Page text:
Homeland Security Warns of Increased Threats to Employees

A Border Patrol Agent walks outside the Central Processing Center in McAllen, Texas. A Border Patrol Agent walks outside the Central Processing Center in McAllen, Texas. David J. Phillip / AP

Officials at the Homeland Security Department warned employees Saturday of a recent increase in threats in the aftermath of the Trump administration’s “zero tolerance” immigration policy.

In a memo to employees over the weekend, acting Deputy Secretary of Homeland Security Claire Grady said there has been an increase in the number of threats made against department employees following the recently implemented policy to prosecute every person who crosses the border illegally, a decision that led to the separation of thousands of children from their parents.

“In recent days, DHS has determined there may be a heightened threat against DHS employees in response to U.S. government actions surrounding immigration,” Grady wrote. “This assessment is based on specific and credible threats that have been levied against certain DHS employees and a sharp increase in the overall number of general threats against DHS employees—although the veracity of each threat varies.”

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The memo also made reference to the recent publication of a database of personal information of more than 9,000 Immigration and Customs Enforcement employees, including location, educational background and job history, scraped from LinkedIn.

Additionally, activists hastily organized a protest against DHS Secretary Kirstjen Nielsen after discovering that she was dining at a Mexican restaurant in Washington, D.C., last week.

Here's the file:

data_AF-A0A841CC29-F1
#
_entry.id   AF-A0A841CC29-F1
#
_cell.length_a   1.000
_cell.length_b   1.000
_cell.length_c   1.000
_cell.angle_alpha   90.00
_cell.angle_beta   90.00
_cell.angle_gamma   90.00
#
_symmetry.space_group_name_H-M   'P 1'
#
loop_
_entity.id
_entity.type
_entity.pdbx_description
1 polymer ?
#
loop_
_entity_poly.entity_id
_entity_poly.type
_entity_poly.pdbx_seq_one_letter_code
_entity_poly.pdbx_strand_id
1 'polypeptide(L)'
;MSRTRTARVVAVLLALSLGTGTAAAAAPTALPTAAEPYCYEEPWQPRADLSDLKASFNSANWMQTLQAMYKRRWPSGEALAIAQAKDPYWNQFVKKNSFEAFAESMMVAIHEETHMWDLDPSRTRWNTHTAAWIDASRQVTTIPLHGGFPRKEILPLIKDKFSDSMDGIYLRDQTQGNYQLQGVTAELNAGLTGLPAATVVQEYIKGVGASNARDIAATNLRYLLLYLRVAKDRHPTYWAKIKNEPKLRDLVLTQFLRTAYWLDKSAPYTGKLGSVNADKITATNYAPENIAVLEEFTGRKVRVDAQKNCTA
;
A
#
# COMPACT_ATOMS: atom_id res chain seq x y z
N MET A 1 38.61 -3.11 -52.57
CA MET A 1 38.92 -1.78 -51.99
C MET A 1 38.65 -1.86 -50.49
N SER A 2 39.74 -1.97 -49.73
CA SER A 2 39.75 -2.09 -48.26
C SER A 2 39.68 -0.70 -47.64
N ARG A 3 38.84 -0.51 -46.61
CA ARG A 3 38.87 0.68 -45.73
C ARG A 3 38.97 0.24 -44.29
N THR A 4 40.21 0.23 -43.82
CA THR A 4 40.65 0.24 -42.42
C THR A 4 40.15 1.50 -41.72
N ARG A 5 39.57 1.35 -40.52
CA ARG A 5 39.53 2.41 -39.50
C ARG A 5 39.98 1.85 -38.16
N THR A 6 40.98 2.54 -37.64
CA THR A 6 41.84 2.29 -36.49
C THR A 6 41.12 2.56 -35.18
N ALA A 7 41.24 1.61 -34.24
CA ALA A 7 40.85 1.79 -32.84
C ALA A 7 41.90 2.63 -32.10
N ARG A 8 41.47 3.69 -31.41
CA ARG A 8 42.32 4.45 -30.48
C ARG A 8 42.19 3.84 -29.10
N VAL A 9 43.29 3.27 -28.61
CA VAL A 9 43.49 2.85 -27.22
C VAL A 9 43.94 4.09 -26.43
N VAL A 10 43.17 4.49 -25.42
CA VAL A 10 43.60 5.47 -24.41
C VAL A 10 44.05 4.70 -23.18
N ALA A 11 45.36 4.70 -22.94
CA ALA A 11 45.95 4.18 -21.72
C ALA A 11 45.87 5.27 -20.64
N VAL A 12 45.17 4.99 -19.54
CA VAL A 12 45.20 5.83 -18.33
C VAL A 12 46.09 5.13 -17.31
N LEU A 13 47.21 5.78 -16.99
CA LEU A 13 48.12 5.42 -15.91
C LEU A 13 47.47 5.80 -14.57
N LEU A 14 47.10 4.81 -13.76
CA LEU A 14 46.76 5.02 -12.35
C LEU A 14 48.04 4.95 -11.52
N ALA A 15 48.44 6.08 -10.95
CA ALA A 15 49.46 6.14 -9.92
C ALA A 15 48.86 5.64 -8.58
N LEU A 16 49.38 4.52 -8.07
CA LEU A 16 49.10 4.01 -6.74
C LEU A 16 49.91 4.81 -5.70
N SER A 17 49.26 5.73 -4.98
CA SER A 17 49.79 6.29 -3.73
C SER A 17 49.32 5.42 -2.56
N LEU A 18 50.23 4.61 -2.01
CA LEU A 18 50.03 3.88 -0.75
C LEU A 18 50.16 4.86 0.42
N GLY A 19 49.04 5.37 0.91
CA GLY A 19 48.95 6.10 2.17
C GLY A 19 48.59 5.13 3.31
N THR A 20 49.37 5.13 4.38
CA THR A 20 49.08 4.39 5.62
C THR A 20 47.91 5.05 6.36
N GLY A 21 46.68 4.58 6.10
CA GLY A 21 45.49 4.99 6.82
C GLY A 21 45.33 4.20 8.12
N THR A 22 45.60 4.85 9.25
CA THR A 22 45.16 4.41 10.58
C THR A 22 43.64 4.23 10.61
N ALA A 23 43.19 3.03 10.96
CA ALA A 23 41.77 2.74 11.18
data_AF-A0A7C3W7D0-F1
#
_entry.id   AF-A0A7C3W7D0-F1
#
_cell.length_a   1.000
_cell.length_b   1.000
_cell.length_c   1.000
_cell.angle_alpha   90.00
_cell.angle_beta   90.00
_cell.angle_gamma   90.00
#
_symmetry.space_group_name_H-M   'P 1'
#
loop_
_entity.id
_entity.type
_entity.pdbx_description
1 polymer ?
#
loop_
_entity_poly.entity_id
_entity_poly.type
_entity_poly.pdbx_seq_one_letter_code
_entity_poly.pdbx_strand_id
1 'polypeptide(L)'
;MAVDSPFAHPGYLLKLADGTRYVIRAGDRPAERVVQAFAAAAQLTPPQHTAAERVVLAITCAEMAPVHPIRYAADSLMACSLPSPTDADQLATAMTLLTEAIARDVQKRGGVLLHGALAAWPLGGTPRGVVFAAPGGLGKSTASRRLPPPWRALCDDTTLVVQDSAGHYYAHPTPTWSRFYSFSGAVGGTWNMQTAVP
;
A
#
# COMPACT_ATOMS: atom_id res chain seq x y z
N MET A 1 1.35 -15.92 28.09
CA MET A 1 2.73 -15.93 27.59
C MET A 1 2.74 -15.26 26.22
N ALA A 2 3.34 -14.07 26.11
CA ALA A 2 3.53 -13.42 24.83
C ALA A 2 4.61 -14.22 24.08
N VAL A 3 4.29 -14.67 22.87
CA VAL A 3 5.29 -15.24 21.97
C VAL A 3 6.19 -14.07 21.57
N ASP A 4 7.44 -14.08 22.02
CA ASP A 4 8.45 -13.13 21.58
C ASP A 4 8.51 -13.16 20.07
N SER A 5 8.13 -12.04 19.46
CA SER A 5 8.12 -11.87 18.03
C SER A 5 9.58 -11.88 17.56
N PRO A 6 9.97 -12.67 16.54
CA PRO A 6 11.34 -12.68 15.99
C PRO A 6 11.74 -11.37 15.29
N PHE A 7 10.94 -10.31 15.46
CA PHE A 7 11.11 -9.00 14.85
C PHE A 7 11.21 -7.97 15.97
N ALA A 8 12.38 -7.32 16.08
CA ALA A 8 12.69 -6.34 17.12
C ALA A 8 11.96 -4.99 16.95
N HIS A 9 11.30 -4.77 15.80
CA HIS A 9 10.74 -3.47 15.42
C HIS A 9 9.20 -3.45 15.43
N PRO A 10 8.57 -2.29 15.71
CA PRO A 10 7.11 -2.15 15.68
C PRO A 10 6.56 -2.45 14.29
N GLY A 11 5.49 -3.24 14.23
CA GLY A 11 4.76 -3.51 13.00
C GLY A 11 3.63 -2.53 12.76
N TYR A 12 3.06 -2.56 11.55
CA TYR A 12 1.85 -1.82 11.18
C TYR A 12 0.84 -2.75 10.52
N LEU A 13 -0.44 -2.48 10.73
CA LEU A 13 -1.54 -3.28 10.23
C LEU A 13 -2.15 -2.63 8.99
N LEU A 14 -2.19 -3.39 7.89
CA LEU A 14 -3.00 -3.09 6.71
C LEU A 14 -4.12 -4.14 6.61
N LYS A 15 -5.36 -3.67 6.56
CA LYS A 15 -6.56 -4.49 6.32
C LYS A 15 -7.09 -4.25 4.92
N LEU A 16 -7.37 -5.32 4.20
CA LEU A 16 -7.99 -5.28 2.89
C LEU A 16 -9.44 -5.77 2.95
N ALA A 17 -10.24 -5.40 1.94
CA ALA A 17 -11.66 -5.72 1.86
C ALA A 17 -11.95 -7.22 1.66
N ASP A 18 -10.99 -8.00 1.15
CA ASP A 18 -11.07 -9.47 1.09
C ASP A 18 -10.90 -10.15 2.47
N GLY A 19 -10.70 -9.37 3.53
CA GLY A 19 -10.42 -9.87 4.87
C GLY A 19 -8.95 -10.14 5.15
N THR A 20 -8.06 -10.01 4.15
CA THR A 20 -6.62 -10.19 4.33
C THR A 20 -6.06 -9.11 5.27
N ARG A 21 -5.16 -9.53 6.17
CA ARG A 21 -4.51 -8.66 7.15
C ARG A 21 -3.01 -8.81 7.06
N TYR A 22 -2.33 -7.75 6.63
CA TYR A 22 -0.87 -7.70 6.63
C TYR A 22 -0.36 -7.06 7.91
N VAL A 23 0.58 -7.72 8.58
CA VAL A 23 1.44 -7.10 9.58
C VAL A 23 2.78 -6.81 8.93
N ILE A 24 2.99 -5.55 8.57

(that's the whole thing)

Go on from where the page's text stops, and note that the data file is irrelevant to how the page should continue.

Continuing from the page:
In light of these recent developments, Grady offered a number of steps employees can take to protect themselves in public. She stressed that if an employee ever feels threatened, he or she should call 9-1-1. If local law enforcement is “slow to respond,” employees can also call the Federal Protective Service.

Additionally, DHS recommended that employees remain “alert” while at or near their workplace, and report any suspicious activity to police or security officers. Employees were advised to “maintain situational awareness” while in public, and to avoid wearing agency badges outside of work.

Grady suggested employees always keep doors and windows at home locked. And she said employees should consider boosting their internet security, from using “strong” passwords to making social media accounts private or being careful about what one posts online.

“Understand that anything you share can be disseminated outside of its intended audience,” Grady wrote. “Be sure to only post information that you’re comfortable with anyone viewing.”

Grady recommended employees pass along these tips to close friends and family as well.

“Keep your heads held high and focused on the department’s important missions,” she wrote. “You are making a difference to secure our country. And in the meantime, let’s continue to be security-conscious and look out for each other.”

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